Although Mexico is known to be the birthplace of vanilla, there is some confusion as to what Mexican vanilla is and how it is different from other versions of the spice.
In this brief guide we’ll look at the factors that have contributed to the synthetic production of what is recognized as Mexican vanilla today and exactly what the product is.
Cultivation vs Location
The spice quality is not determined by where the beans are grown but by the method of cultivation, harvesting, and curing used in its production.
The climate from different regions may affect the taste slightly, however, it is very subtle and most people will not be able to distinguish the difference.
When it comes to wine, many people will be able to differentiate between wine made from two different varieties of grapes. However few people can accurately tell the difference between grapes of the same variety grown in different regions if they are equal in quality.
Similarly, many people can notice a difference between Tahitian vanilla and the Planifolia variety. However, the same variety (Planifolia) is grown in both Madagascar and Mexico so there is little difference in the natural bean extracts of the same quality from these regions.
So, if there is no difference in the variety nor the flavor of the actual beans grown in Mexico and other parts of the world, why do so many people prize Mexican vanilla extract? Let’s find out.
Mexico’s Spice Production Decline
Mexico was once a major producer of vanilla beans boasting excellent quality cultivation. Due to deforestation, war, and economic changes, Mexico’s production took a dive, but it did keep its reputation for a high quality product.
Synthetic vanilla production in the 1880s offered a cheaper alternative to the natural beans which were laborious and expensive to grow.
As a way to continue cashing in on its reputation for some of the finest vanilla production, Mexico and other Central American countries started selling synthetic versions that were a lot more profitable.
To enhance the synthetic product to more closely reflect the rich, complex, and fragrant characteristics of the real pods, a component called coumarin was added. Mexican vanilla is therefore now mostly known to be a synthetic product with the addition of coumarin which gives it an extra fragrant and rich appeal.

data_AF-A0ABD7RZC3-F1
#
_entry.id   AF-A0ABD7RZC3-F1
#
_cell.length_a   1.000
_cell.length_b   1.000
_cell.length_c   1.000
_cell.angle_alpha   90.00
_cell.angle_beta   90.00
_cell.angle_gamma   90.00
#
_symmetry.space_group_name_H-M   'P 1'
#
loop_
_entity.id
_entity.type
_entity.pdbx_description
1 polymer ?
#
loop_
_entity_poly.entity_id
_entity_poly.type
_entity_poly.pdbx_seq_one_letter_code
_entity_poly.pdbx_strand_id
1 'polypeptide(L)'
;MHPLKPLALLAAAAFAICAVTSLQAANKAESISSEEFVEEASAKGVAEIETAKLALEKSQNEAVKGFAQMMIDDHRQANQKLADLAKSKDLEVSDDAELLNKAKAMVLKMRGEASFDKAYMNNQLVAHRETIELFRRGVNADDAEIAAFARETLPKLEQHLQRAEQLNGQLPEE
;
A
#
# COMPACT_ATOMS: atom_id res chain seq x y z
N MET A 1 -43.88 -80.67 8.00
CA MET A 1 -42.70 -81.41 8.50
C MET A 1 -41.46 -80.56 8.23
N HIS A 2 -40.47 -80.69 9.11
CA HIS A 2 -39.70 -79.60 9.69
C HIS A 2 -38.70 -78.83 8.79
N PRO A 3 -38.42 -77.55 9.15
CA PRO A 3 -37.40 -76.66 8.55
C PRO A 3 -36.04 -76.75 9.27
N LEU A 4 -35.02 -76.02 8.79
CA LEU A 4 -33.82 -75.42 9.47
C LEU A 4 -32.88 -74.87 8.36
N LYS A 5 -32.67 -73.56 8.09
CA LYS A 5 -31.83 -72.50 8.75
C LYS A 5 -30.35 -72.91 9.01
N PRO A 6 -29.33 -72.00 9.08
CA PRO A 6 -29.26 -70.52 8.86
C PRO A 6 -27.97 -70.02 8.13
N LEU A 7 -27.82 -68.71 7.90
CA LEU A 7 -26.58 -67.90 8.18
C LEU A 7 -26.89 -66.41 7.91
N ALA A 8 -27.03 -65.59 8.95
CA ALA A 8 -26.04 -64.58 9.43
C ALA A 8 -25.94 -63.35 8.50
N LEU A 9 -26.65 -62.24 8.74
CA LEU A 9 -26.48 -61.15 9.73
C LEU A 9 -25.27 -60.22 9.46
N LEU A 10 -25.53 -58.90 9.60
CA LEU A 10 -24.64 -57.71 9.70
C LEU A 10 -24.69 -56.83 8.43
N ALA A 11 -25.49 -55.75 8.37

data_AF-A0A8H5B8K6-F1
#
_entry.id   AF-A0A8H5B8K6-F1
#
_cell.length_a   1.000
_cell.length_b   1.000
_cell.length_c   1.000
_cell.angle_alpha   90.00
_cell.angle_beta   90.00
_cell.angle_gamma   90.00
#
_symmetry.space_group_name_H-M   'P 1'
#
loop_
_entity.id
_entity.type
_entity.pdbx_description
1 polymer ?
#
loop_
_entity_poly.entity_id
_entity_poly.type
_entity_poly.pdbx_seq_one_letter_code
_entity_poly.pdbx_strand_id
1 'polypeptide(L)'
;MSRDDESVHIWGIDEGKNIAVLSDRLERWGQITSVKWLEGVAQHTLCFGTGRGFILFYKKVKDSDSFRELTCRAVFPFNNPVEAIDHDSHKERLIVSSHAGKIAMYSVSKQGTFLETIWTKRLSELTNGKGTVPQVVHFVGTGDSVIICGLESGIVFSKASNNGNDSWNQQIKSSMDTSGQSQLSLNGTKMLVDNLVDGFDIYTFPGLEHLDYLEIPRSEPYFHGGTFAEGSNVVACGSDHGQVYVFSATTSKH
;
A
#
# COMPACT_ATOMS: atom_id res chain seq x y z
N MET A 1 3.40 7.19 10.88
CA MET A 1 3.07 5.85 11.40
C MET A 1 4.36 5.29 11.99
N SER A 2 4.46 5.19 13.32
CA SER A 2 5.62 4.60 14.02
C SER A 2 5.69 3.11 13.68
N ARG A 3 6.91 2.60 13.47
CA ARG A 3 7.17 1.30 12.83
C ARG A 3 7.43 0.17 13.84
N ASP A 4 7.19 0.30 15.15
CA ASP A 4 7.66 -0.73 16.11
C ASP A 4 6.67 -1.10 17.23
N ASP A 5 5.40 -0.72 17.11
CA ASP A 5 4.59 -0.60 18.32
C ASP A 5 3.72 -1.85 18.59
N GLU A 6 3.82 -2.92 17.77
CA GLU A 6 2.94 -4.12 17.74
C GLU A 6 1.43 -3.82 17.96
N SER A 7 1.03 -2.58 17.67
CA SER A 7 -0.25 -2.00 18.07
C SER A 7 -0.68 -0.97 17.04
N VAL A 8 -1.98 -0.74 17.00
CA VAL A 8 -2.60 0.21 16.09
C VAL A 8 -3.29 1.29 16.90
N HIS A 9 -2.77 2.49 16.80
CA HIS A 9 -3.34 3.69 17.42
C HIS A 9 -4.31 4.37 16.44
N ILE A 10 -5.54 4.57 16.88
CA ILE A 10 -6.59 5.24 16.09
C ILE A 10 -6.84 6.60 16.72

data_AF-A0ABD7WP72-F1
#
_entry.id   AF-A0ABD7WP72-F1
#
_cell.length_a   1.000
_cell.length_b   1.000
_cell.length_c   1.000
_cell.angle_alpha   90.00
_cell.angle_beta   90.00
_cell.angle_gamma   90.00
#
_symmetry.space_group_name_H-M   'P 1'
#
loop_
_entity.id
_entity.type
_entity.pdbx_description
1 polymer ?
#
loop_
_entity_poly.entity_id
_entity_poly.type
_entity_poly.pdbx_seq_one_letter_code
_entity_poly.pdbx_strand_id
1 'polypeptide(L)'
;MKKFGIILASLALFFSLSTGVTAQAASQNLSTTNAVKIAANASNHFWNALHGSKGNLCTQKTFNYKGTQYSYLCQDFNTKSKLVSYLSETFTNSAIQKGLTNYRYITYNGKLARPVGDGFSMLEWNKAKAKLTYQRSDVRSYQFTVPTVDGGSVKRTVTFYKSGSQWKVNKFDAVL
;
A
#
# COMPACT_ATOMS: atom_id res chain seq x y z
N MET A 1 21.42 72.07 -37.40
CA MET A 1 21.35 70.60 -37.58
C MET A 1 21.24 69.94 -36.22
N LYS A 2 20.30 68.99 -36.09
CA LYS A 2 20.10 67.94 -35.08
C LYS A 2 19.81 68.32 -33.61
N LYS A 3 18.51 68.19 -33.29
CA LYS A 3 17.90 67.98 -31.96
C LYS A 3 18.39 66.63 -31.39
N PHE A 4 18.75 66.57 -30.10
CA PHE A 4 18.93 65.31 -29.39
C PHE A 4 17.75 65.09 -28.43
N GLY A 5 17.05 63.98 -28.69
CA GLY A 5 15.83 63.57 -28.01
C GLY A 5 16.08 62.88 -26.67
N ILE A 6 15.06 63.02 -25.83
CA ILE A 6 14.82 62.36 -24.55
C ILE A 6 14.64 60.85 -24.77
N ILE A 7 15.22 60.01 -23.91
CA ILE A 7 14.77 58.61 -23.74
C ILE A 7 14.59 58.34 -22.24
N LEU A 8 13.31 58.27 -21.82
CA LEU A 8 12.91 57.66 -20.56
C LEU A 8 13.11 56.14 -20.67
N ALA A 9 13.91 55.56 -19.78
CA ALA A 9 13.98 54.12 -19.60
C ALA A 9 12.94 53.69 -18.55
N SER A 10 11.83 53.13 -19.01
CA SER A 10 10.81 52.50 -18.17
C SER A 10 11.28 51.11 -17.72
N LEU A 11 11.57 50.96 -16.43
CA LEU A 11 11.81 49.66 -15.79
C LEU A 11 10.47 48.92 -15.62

Coumarin is derived from the tonka bean which grows on a Cumaru or Tonka tree. Tonka beans are used in France and other European countries in desserts and perfumes with a flavor described as a complex mix of vanilla, amaretto, almond, and cinnamon.
However, if you live in the United States you will have to pay up for the real beans or settle for coumarin-free products since coumarin is a banned substance due to potential health risks when high quantities are consumed.
Mexican food labeling laws are not as regulated as in the USA which means that many Mexican extracts labeled as pure may in fact be artificial and may contain coumarin.
See more: vanilla substitute
The pure product adds a distinctively warm, rich, and sweet note to baked dishes, desserts, and frostings. Although synthetic extracts add a similar flavor the quality is not the same and is highly noticeable. Buying the real product if you can afford it is definitely worth it and you will notice a big difference in the aromatic quality of your dishes.
Artificial extracts dominate the Mexican market despite the fact that it once had a reputation for good quality beans. The synthetic product is much more affordable as it does not require the long, laborious, and expensive cultivation process of the delicate plants.
The pure extract is made from the bean pods of the vanilla spice plant. Mexican vanilla is often manufactured using the extract of beans from a tonka tree. This is a completely different plant belonging to the pea family. Unlike real vanilla, certain substances in tonka beans are known to be toxic in high doses.
The extract is best stored in a cool, dry, and dark place around 60 to 80 °F. The extract should not be kept in the refrigerator or freezer. Low temperatures may result in a cloudy product.
Mexican vanilla is generally manufactured with the extract of tonka beans. These beans come from a completely different plant species belonging to the pea family. The component coumarin found in these beans contributes to an authentic rich flavor in the artificial extract, however, is outlawed in the United States due to health concerns.
When possible, always choose to purchase beans and scrape out the seeds or make your own extract. This way you can be assured of the purest, best-tasting product and know exactly what the ingredients are.
Up next: Where does vanilla flavor come from?
*image by serezniy/depositphotos